During 43 months of war most of the ''safe areas'' were continuously attacked. In Sarajevo alone more than 10,000 civilians were killed, and another 61,000 wounded. By the end of the winter of 1993 all of the city's parks and sidewalks had been denuded of trees and shrubs, which were used for heating.
During that winter and the following one, temperatures in the main hospital in Sarajevo remained below 45 degrees F for weeks on end. Hospitals and clinics were frequently targeted, and more than 200,000 square meters of health facilities were destroyed.
Upward of 12,000 of Bosnia's doctors, nurses, psychologists, and medical technicians were killed, injured, or forced to flee. Restoring gas, electricity, and water supplies must be given high priority during peace implementation. Damaged health facilities have to be rebuilt, and new equipment is needed to replace the old.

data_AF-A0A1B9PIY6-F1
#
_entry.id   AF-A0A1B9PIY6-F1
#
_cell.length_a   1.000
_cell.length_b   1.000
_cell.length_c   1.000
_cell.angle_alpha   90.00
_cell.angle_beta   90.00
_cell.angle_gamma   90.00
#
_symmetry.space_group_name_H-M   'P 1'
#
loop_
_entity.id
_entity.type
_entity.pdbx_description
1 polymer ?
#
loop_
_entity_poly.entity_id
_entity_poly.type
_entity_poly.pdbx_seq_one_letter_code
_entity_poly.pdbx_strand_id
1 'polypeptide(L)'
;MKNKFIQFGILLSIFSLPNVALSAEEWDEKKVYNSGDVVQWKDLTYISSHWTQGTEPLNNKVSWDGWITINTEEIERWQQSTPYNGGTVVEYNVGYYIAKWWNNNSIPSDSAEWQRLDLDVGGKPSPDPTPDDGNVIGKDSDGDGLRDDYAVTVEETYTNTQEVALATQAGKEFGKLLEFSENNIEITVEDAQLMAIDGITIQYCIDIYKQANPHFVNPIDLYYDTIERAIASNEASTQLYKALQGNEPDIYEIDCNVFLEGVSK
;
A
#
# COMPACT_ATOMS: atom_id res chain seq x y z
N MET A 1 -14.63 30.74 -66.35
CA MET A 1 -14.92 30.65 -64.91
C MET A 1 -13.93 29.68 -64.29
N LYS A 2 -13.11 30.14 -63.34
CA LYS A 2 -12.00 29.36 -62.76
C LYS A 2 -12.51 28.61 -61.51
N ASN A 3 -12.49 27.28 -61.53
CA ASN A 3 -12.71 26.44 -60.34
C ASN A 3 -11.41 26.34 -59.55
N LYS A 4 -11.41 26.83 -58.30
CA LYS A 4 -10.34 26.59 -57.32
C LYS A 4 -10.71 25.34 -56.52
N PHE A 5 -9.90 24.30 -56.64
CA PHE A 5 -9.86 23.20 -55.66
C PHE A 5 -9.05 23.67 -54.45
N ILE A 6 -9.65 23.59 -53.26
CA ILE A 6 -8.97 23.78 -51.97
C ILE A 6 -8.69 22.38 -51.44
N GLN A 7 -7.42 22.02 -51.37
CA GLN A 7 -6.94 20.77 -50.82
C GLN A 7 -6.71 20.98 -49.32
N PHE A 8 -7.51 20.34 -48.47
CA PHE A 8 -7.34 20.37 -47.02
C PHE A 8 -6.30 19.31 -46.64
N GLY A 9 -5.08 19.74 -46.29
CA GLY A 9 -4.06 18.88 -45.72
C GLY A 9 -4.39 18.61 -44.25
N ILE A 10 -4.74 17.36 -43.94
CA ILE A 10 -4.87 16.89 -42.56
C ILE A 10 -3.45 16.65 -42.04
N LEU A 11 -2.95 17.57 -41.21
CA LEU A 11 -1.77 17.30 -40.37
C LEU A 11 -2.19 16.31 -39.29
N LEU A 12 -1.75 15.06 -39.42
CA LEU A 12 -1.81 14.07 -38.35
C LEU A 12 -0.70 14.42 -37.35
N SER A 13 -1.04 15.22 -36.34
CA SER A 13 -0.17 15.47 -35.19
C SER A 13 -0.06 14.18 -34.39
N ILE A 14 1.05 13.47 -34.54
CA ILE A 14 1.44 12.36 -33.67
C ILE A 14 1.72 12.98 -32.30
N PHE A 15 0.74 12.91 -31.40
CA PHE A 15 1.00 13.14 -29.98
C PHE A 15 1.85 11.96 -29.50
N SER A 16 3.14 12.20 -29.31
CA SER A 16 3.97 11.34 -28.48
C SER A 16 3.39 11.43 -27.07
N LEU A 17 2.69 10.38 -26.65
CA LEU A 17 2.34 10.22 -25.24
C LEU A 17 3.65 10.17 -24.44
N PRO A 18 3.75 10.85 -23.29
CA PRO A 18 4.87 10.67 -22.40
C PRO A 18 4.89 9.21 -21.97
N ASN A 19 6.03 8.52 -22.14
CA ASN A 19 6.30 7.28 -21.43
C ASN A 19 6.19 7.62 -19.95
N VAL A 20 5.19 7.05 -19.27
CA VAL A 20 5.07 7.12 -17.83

Although Bosnia's larger cities managed to absorb most of the displaced people, they did so with little time to prepare. Empty apartments were allocated to families, and local people were asked to provide rooms for the homeless.
But the number of displaced was too great. Schools, hotels, idled factories, and warehouses had to be hurriedly converted into shelters. Overcrowding, poor sanitation, and badly ventilated rooms were linked to severe outbreaks of respiratory diseases, gastrointestinal infections, and widespread hepatitis. Without a concerted new housing program, the health of more than 2 million displaced people in Bosnia will remain precarious.
For children and women, the impact of war will require long-term psychological and physical care. For every baby born in Sarajevo during the war, at least two pregnancies were terminated by traumatized women. Sniping, shelling, and trauma made it difficult for women to reach clinics, and many received care after it was too late to be effective.